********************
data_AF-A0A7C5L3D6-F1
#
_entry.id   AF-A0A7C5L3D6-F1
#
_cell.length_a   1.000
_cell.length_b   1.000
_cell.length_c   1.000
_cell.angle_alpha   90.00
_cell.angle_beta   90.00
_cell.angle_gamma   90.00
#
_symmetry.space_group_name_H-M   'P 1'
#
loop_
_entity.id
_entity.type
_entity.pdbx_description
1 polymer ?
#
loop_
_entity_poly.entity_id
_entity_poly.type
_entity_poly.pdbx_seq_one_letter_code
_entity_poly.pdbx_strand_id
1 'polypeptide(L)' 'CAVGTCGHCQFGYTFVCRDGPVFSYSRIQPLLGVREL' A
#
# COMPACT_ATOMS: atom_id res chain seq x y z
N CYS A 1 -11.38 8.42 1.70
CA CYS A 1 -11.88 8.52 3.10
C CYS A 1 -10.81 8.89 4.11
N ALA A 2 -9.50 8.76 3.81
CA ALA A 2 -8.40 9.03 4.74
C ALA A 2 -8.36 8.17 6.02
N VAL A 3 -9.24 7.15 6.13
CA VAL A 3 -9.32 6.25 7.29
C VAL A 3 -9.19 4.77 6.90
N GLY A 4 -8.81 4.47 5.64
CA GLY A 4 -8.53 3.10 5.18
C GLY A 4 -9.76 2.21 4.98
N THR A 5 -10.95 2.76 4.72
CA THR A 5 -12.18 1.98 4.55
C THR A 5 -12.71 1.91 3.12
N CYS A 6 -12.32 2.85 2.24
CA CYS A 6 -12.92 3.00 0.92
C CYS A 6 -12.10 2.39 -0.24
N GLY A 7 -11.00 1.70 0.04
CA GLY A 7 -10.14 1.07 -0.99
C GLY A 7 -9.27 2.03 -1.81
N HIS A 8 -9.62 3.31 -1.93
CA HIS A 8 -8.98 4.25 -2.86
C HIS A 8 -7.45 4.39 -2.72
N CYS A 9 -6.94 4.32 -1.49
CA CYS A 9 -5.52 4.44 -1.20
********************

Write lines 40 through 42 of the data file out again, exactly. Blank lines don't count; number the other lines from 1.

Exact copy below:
N THR A 5 -10.95 2.76 4.72
CA THR A 5 -12.18 1.98 4.55
C THR A 5 -12.71 1.91 3.12